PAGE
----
They are synonymous with the hard-working men and women of regional and outback Australia and have been worn by kings, princes and movie stars.
Now, after 147 years in the hands of the Keir family, the iconic Akubra brand has been acquired by two of Australia's richest business leaders, Andrew and Nicola Forrest.
Andrew (Twiggy) Forrest PhD, the founder and former chief executive officer of Fortescue Metals, is due to make a formal announcement at the company's Kempsey factory on Sunday, November 19.
The Forrests', who recently announced their separation, have bought Akubra through their private investment company, Tattarang.
In a written statement ahead of his visit, Dr Forrest said it was to continue the company's commitment to local manufacturing and "to ensure companies like Akubra remain Australian owned... both protecting and creating new jobs, particularly in our regions."
Akubra is a major employer in the Macleay Valley, with about 120 people attached to its purpose-built factory.
It has operated in Kempsey since 1972.
Akubra has been owned and operated continuously by five generations of the Keir family.
Nicola Forrest, who grew up on a farm between Mudgee and Dubbo, said she is committed to protecting their legacy.
"Growing up in regional NSW, my parents taught me lifelong lessons about hard work and resilience," she said.
"The image of my father's tireless energy and perseverance, measured by the sweat on his Akubra, remains etched in my memory."
Outgoing Chairman of the Akubra Board of Directors Stephen Keir IV, said the family chose to sell to Tattarang because they wanted custodians who would protect and invest in the company.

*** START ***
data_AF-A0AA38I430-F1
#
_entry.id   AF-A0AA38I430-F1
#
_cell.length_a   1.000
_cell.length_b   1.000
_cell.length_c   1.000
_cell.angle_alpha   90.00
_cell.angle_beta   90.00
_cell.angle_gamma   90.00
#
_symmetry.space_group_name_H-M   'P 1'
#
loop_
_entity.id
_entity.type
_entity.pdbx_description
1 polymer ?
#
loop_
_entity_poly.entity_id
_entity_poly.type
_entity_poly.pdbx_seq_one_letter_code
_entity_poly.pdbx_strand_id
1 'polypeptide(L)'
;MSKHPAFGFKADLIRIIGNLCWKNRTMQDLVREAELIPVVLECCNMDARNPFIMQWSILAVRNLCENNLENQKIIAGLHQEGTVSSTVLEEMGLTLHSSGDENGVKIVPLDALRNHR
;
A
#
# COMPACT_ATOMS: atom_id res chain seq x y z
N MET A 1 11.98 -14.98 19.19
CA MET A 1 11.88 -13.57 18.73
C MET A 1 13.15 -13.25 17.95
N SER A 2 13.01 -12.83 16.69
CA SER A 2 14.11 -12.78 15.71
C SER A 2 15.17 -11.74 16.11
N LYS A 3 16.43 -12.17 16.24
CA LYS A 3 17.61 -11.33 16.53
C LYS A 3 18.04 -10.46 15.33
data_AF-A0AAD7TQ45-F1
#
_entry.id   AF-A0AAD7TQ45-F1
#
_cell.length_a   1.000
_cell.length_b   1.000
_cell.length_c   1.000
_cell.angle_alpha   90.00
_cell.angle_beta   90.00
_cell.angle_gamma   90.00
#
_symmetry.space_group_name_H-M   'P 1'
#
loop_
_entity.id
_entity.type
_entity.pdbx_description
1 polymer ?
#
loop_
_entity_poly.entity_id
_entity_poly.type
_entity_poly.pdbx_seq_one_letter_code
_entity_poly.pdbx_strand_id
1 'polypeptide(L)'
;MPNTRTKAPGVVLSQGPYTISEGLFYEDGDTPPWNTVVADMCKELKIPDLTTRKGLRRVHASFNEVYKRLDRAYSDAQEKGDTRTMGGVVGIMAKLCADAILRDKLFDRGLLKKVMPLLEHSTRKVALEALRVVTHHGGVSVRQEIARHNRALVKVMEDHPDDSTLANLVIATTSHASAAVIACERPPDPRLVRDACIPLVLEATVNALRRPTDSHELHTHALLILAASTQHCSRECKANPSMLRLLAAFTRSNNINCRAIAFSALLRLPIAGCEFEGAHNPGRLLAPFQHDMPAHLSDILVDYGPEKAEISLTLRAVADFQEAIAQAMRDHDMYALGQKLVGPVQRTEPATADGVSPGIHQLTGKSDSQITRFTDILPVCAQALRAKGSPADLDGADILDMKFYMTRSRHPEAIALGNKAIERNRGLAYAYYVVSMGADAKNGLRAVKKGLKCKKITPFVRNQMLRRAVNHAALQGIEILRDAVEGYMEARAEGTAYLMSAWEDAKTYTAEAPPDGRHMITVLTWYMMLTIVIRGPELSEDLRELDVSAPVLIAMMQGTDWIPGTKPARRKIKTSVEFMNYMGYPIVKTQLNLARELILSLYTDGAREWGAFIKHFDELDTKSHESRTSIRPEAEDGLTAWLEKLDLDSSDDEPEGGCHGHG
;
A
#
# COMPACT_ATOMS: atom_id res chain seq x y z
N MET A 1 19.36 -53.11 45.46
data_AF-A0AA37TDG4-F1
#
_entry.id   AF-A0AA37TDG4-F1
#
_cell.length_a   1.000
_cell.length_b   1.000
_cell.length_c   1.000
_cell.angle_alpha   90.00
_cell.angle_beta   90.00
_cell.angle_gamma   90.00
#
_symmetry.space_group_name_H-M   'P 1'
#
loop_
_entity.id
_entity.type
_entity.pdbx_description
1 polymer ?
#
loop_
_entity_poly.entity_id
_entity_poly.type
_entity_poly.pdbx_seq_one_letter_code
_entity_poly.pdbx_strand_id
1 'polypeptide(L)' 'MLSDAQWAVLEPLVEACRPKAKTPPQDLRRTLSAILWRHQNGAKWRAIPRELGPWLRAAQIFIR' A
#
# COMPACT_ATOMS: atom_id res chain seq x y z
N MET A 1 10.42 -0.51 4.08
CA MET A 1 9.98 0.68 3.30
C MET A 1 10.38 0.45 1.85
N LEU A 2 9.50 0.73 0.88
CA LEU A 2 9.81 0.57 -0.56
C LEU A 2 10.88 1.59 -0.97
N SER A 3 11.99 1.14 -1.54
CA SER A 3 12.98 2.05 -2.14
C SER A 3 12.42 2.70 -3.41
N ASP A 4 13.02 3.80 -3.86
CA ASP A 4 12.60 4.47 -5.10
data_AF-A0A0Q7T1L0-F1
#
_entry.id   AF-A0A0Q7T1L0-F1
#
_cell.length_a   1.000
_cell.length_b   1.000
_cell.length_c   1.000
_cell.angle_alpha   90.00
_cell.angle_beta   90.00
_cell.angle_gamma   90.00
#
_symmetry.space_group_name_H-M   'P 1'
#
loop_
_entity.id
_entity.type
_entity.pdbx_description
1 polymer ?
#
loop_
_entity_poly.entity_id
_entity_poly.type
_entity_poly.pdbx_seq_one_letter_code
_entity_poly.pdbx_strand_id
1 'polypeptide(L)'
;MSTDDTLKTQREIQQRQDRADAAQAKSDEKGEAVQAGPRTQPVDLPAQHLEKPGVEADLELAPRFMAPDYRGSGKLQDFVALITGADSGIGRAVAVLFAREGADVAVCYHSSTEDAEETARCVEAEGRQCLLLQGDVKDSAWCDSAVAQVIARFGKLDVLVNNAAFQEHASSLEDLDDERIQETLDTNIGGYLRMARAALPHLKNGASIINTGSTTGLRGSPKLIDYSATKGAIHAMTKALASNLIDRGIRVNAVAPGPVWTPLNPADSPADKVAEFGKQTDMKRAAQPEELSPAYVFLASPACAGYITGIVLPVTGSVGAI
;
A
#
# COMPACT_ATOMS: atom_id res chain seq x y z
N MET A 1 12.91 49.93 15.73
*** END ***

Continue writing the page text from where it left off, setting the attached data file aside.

"We thought long and hard about selling the business after five generations of family ownership," he said. "And after we saw how the Forrests have invested in local manufacturing with R.M.Williams, we decided they were the right custodians for Akubra."
The company was established in Hobart between 1874-1876 by Benjamin Dunkerley.
The Englishman was as skilled an inventor as he was a hatter and he soon found a mechanical way to remove the hair tip from rabbit fur so the under-fur could be used in felt hat making.
In the early 1900's, he moved the business to Surry Hills in Sydney and in 1904 was joined by fellow hatmaker Stephen Keir I, who had also migrated from England.
Keir went on to marry Dunkerley's daughter, Ada, and in 1912, the trade name Akubra came into use.
It is believed to be an Aboriginal word for "head covering" or "head-dress".
Akubras are hand-made and designed to last, as many a farmer will attest.
The manufacturing process takes six weeks and 162 steps. Each hat is handled 200 times and passes through 60 pairs of hands.
Akubra hats have been worn by Olympians, our Armed Forces, King Charles and Prince William - among many.
And they have featured in many classic movies, including The Man from Snowy River, Crocodile Dundee and Australia.